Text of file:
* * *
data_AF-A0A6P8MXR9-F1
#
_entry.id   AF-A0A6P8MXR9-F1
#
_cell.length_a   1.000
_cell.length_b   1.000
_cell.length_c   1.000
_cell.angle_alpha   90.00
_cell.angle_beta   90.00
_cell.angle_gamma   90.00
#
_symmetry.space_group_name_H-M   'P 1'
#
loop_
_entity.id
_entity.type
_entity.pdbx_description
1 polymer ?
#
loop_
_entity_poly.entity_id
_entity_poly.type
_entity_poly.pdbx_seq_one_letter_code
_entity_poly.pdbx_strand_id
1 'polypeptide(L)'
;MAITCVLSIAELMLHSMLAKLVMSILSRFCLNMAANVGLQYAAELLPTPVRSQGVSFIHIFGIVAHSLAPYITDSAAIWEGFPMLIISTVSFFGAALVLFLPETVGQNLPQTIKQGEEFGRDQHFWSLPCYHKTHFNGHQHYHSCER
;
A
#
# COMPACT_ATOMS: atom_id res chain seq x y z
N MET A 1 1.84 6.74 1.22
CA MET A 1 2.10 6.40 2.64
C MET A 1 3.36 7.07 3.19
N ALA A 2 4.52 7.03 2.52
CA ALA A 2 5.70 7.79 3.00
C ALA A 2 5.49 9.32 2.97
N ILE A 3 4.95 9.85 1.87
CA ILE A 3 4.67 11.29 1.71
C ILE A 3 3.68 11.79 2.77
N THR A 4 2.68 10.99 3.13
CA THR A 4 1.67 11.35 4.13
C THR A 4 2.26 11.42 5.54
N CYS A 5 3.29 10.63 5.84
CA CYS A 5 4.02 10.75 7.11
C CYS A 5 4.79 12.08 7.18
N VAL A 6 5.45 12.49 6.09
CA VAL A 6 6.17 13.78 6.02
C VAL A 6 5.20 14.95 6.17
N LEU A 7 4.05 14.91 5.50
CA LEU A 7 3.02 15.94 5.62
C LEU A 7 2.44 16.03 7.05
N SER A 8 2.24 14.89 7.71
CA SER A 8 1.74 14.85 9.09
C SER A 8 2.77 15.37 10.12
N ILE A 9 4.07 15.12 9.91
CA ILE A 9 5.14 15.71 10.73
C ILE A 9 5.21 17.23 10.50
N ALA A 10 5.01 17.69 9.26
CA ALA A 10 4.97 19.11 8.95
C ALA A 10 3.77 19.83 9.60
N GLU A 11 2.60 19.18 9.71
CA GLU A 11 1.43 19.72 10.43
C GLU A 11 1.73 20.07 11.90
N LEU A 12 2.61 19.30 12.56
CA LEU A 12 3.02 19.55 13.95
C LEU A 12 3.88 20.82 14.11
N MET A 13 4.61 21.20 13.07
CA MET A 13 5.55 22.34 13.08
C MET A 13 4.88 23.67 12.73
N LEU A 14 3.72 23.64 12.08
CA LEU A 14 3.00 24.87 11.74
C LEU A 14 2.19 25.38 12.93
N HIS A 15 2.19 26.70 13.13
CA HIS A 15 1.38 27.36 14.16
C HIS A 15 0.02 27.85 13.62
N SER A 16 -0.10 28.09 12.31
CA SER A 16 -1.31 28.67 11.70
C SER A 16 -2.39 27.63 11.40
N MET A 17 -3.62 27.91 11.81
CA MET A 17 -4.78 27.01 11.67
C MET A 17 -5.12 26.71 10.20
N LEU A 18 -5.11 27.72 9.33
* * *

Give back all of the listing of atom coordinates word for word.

data_AF-A0A6P8MXR9-F1
#
_entry.id   AF-A0A6P8MXR9-F1
#
_cell.length_a   1.000
_cell.length_b   1.000
_cell.length_c   1.000
_cell.angle_alpha   90.00
_cell.angle_beta   90.00
_cell.angle_gamma   90.00
#
_symmetry.space_group_name_H-M   'P 1'
#
loop_
_entity.id
_entity.type
_entity.pdbx_description
1 polymer ?
#
loop_
_entity_poly.entity_id
_entity_poly.type
_entity_poly.pdbx_seq_one_letter_code
_entity_poly.pdbx_strand_id
1 'polypeptide(L)'
;MAITCVLSIAELMLHSMLAKLVMSILSRFCLNMAANVGLQYAAELLPTPVRSQGVSFIHIFGIVAHSLAPYITDSAAIWEGFPMLIISTVSFFGAALVLFLPETVGQNLPQTIKQGEEFGRDQHFWSLPCYHKTHFNGHQHYHSCER
;
A
#
# COMPACT_ATOMS: atom_id res chain seq x y z
N MET A 1 1.84 6.74 1.22
CA MET A 1 2.10 6.40 2.64
C MET A 1 3.36 7.07 3.19
N ALA A 2 4.52 7.03 2.52
CA ALA A 2 5.70 7.79 3.00
C ALA A 2 5.49 9.32 2.97
N ILE A 3 4.95 9.85 1.87
CA ILE A 3 4.67 11.29 1.71
C ILE A 3 3.68 11.79 2.77
N THR A 4 2.68 10.99 3.13
CA THR A 4 1.67 11.35 4.13
C THR A 4 2.26 11.42 5.54
N CYS A 5 3.29 10.63 5.84
CA CYS A 5 4.02 10.75 7.11
C CYS A 5 4.79 12.08 7.18
N VAL A 6 5.45 12.49 6.09
CA VAL A 6 6.17 13.78 6.02
C VAL A 6 5.20 14.95 6.17
N LEU A 7 4.05 14.91 5.50
CA LEU A 7 3.02 15.94 5.62
C LEU A 7 2.44 16.03 7.05
N SER A 8 2.24 14.89 7.71
CA SER A 8 1.74 14.85 9.09
C SER A 8 2.77 15.37 10.12
N ILE A 9 4.07 15.12 9.91
CA ILE A 9 5.14 15.71 10.73
C ILE A 9 5.21 17.23 10.50
N ALA A 10 5.01 17.69 9.26
CA ALA A 10 4.97 19.11 8.95
C ALA A 10 3.77 19.83 9.60
N GLU A 11 2.60 19.18 9.71
CA GLU A 11 1.43 19.72 10.43
C GLU A 11 1.73 20.07 11.90
N LEU A 12 2.61 19.30 12.56
CA LEU A 12 3.02 19.55 13.95
C LEU A 12 3.88 20.82 14.11
N MET A 13 4.61 21.20 13.07
CA MET A 13 5.55 22.34 13.08
C MET A 13 4.88 23.67 12.73
N LEU A 14 3.72 23.64 12.08
CA LEU A 14 3.00 24.87 11.74
C LEU A 14 2.19 25.38 12.93
N HIS A 15 2.19 26.70 13.13
CA HIS A 15 1.38 27.36 14.16
C HIS A 15 0.02 27.85 13.62
N SER A 16 -0.10 28.09 12.31
CA SER A 16 -1.31 28.67 11.70
C SER A 16 -2.39 27.63 11.40
N MET A 17 -3.62 27.91 11.81
CA MET A 17 -4.78 27.01 11.67
C MET A 17 -5.12 26.71 10.20
N LEU A 18 -5.11 27.72 9.33